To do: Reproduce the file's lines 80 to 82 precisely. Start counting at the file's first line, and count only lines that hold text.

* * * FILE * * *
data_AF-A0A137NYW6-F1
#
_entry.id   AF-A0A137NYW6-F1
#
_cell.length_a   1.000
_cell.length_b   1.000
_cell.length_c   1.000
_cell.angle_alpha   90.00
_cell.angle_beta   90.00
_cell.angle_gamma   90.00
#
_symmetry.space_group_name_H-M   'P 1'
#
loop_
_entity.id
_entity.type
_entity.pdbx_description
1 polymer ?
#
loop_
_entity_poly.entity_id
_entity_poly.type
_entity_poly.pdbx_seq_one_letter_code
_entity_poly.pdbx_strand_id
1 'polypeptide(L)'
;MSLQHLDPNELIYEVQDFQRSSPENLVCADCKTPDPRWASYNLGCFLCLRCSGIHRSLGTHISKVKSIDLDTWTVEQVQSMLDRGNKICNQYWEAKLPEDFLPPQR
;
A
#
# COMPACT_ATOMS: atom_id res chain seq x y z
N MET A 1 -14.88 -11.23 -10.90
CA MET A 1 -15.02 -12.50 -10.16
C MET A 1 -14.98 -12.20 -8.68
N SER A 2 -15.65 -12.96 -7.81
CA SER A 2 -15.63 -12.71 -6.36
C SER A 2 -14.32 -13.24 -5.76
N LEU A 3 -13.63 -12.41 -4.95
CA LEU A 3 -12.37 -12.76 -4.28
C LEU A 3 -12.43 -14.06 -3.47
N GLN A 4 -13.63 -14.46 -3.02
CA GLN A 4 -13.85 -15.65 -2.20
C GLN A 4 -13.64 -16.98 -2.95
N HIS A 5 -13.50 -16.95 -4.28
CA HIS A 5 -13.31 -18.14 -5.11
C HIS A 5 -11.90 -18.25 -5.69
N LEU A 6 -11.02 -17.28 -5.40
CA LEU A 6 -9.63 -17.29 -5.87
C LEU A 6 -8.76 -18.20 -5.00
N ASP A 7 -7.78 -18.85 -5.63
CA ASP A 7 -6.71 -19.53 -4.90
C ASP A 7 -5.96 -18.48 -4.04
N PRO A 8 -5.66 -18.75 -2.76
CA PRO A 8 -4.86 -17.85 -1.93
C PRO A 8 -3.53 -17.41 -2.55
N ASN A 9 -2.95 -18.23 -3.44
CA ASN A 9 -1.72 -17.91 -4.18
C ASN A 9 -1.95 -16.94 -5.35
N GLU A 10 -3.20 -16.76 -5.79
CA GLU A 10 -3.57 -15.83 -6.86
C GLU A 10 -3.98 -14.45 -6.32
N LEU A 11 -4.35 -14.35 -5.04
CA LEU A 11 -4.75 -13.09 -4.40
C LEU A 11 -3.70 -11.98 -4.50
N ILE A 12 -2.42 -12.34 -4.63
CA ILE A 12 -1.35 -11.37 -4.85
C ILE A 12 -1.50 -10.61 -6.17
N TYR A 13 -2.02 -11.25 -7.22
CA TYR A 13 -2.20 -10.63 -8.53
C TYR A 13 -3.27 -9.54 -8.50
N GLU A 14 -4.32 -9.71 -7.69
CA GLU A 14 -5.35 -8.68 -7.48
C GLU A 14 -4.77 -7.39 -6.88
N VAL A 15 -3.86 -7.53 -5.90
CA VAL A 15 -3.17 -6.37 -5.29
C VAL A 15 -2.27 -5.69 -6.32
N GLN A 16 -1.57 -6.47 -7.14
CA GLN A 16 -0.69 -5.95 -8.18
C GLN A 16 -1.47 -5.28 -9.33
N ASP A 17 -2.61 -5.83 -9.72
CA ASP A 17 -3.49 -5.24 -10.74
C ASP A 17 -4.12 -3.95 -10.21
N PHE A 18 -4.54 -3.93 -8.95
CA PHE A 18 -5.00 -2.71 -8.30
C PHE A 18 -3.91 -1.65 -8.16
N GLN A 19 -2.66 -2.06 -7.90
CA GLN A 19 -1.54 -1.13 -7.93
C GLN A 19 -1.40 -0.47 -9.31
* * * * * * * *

CA ASP A 17 -3.49 -5.24 -10.74
C ASP A 17 -4.12 -3.95 -10.21
N PHE A 18 -4.54 -3.93 -8.95